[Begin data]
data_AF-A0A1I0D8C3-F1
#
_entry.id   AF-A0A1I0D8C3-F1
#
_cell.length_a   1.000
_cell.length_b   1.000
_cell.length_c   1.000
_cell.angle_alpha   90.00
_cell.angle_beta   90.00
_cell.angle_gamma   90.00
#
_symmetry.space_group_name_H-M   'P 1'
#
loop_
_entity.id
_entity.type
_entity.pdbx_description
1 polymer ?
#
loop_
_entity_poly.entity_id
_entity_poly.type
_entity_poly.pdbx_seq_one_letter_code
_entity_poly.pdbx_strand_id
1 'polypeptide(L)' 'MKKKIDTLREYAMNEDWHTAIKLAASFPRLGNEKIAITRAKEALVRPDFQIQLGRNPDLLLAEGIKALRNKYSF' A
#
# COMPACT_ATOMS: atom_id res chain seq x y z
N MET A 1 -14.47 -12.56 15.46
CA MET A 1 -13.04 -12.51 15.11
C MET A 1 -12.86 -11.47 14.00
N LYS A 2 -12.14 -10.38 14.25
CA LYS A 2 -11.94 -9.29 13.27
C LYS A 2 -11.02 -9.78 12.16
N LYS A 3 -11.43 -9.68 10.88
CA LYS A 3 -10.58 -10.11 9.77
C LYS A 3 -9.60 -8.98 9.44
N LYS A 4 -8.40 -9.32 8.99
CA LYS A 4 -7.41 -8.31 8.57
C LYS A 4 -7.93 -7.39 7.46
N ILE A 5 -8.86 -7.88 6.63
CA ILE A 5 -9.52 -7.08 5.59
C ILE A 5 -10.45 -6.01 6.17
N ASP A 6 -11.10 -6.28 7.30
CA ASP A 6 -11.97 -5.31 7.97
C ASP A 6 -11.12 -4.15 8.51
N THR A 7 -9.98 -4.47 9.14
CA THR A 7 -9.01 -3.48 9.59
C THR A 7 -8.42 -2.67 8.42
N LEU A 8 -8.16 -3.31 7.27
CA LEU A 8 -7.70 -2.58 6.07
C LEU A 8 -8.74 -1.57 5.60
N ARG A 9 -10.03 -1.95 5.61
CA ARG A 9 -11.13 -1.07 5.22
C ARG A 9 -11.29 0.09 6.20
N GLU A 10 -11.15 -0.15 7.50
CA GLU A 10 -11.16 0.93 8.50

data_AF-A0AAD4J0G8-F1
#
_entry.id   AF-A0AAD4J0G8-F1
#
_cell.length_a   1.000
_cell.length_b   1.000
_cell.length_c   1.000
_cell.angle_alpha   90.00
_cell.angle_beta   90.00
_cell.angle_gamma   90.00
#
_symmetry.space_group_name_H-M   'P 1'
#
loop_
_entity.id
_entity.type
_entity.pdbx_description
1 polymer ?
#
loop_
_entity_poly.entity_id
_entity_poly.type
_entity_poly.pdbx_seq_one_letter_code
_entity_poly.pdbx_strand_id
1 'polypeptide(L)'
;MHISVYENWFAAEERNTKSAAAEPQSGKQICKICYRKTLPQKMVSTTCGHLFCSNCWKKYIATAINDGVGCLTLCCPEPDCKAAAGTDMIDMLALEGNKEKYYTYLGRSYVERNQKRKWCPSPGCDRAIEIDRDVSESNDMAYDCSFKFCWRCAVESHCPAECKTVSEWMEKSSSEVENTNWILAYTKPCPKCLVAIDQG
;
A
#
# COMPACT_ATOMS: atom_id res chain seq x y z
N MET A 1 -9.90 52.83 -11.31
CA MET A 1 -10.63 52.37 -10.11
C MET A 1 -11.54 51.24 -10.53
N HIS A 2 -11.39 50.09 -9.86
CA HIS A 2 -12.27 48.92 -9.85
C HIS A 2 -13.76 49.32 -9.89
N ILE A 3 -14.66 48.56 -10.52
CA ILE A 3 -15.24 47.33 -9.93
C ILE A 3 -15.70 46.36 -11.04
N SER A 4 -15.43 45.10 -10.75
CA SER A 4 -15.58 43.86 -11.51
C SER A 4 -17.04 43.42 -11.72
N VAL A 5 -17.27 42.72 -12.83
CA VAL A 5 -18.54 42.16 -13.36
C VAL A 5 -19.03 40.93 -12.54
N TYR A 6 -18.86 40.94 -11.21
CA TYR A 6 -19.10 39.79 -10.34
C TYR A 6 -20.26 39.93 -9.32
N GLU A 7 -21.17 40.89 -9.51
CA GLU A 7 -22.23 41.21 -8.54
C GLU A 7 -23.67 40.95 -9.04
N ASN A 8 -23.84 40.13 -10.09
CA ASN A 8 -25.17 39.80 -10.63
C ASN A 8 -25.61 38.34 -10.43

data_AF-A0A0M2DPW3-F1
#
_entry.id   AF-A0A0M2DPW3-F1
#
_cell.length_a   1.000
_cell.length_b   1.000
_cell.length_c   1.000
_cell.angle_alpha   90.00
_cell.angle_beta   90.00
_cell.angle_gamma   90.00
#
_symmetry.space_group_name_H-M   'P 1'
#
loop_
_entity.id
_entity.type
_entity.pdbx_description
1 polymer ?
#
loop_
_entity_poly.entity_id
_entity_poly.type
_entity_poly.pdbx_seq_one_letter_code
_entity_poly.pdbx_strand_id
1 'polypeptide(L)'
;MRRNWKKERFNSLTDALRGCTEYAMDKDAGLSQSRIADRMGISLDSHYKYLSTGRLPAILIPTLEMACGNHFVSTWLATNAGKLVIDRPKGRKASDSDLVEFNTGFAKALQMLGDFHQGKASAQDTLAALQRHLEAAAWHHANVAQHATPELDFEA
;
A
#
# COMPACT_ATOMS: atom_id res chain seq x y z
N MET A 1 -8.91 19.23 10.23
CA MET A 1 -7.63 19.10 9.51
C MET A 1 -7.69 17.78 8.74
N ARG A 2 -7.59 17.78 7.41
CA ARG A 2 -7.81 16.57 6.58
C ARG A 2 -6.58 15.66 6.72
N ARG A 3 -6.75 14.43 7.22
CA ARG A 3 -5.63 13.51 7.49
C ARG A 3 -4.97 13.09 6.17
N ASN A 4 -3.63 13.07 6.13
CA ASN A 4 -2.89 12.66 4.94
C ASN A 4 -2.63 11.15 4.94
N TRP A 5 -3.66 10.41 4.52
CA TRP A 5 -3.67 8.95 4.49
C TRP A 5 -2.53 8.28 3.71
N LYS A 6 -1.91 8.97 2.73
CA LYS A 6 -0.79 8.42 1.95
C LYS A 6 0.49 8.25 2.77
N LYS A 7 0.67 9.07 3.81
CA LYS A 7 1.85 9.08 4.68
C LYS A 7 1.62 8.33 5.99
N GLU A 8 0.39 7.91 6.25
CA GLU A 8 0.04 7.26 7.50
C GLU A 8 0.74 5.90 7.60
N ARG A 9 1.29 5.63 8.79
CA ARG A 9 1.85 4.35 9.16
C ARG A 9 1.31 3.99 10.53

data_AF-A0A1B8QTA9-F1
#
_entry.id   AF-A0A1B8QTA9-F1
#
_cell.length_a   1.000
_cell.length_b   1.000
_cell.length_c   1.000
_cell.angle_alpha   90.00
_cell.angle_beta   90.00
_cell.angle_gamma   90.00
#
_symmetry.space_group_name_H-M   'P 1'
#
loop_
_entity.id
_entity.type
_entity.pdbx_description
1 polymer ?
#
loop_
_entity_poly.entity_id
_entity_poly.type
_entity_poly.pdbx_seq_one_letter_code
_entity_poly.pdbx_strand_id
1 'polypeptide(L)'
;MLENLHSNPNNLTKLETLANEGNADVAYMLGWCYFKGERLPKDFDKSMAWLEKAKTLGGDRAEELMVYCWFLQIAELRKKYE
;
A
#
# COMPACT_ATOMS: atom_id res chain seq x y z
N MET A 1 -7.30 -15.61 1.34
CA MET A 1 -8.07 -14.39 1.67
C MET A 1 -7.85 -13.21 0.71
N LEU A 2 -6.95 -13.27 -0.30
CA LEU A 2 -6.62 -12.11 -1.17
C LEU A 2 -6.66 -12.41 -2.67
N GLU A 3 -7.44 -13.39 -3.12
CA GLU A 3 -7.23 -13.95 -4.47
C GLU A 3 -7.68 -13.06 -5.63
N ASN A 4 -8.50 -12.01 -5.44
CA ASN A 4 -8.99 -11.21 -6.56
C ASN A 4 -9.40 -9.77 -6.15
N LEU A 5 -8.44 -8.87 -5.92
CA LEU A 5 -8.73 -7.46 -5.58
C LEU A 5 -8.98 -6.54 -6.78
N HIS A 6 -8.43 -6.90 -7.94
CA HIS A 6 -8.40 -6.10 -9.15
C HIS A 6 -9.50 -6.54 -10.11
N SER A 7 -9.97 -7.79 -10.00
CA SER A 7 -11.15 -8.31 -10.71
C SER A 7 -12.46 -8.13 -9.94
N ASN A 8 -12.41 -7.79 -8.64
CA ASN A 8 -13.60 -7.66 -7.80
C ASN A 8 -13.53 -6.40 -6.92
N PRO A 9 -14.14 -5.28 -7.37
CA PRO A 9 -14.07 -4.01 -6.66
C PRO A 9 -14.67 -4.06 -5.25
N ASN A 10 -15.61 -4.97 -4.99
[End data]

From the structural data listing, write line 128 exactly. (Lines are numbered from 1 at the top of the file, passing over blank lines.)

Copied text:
1 polymer ?